NNU engineering students design to help a friend walk again
One moment in 2010 changed Richelle Heacock’s life forever. This multi-sport athlete was driving home to Ashford, Wash, when she was in a tragic car accident that left her paralyzed and forced her to face life in a wheelchair instead of on the court. Three years later in the fall of 2013, Northwest Nazarene University engineering student David Vinson, a childhood friend of Heacock, brought her situation to the attention of his engineering project team. They decided to use their senior design project course to try to help Heacock fulfill her dream of walking again.
“When a person has a spinal cord injury, it is easy to sit back and watch inactivity eat away at your muscles. For any person, this is very frightening, but as an athlete, it is unbearable,” describes Heacock. In spite of the potential for self-pity, Heacock is optimistic. She and her family find hope in the verse Hebrews 11:1, “Now faith is the substance of things hoped for, the evidence of things not seen.” She says, “I don’t believe God spared me out of that wreck so I can sit in a chair for the rest of my life.”
That’s where Vinson (Elbe, Wash.), Paulo Salvador (Sao Paulo, Brazil), and Mark Horton (Nyssa, Ore.) came in. The goal of their project was to design a walking rehabilitation machine to assist paraplegic patients in the process of learning how to walk again. Research shows that replication of the walking motion can help re-train nerves in the lower spine and legs to regain the memory of how to walk. Dr. Stephen Parke, NNU faculty advisor on the project, explains, “The NNU simple mechanical system mimics natural walking motion of the feet, ankles, and legs while the patient is suspended in a safety harness above a treadmill, allowing the soles of the feet to gently touch the treadmill surface that activates walking-nerve impulses.”
There are other more sophisticated, similar machines currently available, but access to them is difficult due to high cost. Heacock and her family would have to travel to distant rehab centers in order to use these expensive machines. The team’s goal was to design an inexpensive, simple system that could be used everyday at home with only one assisting therapist. Team member Horton says, “Walking rehabilitation systems currently on the market are very expensive, so we wanted to attempt to design a system that would be much more affordable.”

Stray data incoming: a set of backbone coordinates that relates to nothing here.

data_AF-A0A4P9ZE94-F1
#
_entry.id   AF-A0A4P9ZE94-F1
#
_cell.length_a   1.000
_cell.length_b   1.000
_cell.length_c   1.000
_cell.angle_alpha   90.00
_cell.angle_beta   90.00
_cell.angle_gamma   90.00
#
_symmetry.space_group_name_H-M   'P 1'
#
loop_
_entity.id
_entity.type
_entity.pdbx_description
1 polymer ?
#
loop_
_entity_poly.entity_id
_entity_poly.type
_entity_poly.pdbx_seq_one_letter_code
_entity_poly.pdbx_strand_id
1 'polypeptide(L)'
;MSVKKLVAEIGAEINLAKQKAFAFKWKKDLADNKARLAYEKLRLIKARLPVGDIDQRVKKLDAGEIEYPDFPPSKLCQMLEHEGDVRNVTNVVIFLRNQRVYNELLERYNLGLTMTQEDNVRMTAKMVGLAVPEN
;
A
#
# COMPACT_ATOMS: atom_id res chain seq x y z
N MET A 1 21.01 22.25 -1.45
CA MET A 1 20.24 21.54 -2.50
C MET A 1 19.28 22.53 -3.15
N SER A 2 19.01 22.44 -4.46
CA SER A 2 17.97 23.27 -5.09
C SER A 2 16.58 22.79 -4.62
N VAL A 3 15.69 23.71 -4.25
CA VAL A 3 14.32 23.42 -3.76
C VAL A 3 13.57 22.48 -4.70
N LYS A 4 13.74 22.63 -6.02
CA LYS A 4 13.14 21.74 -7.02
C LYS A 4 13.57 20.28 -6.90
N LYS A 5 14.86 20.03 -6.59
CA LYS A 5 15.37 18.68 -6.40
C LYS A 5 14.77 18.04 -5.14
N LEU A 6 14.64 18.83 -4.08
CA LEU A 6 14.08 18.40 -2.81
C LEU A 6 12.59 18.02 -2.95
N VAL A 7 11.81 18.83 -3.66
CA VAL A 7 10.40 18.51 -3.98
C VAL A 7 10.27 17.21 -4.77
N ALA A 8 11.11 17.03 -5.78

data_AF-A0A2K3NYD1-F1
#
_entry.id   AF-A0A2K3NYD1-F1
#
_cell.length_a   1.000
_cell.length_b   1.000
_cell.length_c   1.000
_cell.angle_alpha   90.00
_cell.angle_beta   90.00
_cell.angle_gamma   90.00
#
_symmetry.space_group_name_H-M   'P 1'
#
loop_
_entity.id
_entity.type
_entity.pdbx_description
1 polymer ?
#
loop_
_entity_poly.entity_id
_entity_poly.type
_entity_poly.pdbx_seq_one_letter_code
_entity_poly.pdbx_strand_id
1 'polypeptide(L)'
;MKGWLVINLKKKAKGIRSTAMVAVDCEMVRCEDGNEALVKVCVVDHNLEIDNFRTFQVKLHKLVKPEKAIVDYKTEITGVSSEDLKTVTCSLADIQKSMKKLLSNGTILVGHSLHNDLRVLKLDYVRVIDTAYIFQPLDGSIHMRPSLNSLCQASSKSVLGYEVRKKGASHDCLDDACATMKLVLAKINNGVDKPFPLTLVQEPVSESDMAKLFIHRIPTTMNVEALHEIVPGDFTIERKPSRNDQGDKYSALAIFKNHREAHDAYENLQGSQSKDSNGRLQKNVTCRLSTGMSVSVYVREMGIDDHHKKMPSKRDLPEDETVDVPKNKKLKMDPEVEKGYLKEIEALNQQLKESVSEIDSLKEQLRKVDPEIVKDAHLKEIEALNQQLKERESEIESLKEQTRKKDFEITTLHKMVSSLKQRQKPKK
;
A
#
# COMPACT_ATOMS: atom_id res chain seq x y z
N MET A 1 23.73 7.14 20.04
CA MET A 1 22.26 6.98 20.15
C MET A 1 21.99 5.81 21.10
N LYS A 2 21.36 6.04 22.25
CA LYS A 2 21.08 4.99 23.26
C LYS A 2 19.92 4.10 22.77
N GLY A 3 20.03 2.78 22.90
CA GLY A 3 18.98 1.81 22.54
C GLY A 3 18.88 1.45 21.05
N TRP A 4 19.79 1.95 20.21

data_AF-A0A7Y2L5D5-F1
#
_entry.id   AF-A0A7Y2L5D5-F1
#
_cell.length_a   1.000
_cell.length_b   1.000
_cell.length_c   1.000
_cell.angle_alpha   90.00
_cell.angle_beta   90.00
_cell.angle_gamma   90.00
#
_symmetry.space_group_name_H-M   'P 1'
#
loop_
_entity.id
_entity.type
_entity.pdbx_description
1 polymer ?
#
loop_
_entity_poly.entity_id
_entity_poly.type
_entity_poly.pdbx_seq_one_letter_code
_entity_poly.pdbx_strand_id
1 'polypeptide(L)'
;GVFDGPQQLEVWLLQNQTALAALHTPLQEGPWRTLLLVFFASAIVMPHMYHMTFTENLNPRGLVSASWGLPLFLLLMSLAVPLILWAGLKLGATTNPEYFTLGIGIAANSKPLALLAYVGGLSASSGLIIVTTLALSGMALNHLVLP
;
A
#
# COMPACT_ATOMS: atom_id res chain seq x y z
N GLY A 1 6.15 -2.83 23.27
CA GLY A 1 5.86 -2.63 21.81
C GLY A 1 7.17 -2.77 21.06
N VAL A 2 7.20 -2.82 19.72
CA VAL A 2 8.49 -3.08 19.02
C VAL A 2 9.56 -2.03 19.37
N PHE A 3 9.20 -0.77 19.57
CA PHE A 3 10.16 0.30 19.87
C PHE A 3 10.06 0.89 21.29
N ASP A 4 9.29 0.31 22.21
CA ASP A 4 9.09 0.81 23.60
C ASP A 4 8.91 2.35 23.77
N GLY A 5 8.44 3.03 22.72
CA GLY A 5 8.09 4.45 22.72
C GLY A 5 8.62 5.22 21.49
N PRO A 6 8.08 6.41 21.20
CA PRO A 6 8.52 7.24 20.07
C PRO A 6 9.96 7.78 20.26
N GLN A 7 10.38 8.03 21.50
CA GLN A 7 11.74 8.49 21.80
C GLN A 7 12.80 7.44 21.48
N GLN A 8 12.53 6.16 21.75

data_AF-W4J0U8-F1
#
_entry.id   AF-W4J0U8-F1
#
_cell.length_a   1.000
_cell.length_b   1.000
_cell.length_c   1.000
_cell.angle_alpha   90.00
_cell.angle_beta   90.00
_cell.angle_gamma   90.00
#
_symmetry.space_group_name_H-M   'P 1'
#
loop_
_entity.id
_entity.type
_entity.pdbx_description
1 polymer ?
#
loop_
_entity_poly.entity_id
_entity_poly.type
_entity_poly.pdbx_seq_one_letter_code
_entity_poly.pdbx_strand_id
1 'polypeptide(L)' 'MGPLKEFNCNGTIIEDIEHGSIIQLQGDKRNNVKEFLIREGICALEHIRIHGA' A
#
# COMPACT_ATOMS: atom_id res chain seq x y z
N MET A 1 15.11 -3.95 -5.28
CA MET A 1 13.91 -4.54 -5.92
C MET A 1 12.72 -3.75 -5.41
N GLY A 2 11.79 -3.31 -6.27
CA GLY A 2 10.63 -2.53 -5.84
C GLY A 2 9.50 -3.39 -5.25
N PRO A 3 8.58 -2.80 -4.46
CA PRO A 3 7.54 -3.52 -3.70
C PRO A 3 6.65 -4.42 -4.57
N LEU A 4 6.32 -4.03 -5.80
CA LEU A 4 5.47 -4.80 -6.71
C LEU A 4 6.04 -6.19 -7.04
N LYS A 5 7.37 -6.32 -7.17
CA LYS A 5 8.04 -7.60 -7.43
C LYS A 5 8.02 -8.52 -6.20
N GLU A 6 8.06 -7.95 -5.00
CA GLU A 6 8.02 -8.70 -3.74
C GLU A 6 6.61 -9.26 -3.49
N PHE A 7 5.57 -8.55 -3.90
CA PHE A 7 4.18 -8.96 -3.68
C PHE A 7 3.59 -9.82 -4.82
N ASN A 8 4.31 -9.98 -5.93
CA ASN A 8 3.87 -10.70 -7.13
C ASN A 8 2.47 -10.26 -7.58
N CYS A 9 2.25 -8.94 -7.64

With only one school year to complete the project, the team began their work in Sep. 2013. “Our original ambitions were just that—very ambitious,” Vinson said. “Fortunately, we were able to simplify the system down to only what we needed.”
The three team members quickly learned they needed outside help in order to make this project successful. Ron Stone, Heacock’s physical therapist for the past three years, proved to be a valuable resource in order to make sure that their design would not only be helpful but also safe. “Anything that makes the rehabilitation process simpler and smoother truly improves everyday life, as well as makes recovery and healing a more fathomable outcome,” Heacock said.
The team produced a “proof-of-concept” prototype of their design, which was demonstrated at NNU Senior Project Day in April and will be delivered to Stone this summer. Vinson, sharing his hopes for the project, said, “I’m trying not to get too excited, but if it is effective for Richelle, there is the possibility that it could be used to help others as well.”
Vinson is not alone, Stone is also enthusiastic about what the team accomplished: “This project demonstrated the students’ ability to synthesize what they have learned and apply it to an urgent, compassionate engineering problem. I applaud their outcome!”
After the design is delivered to Stone, it will undergo more engineering testing and safety evaluation before being used by Heacock in her home. This project is a great example of how NNU engineering students are applying their ideas and talents to urgent, compassionate human needs around the world and here at home. They are working to change the world, one person at a time, just as Heacock shares: “I am so blessed that I crossed paths with such wonderful human beings who care about others and are willing to help.”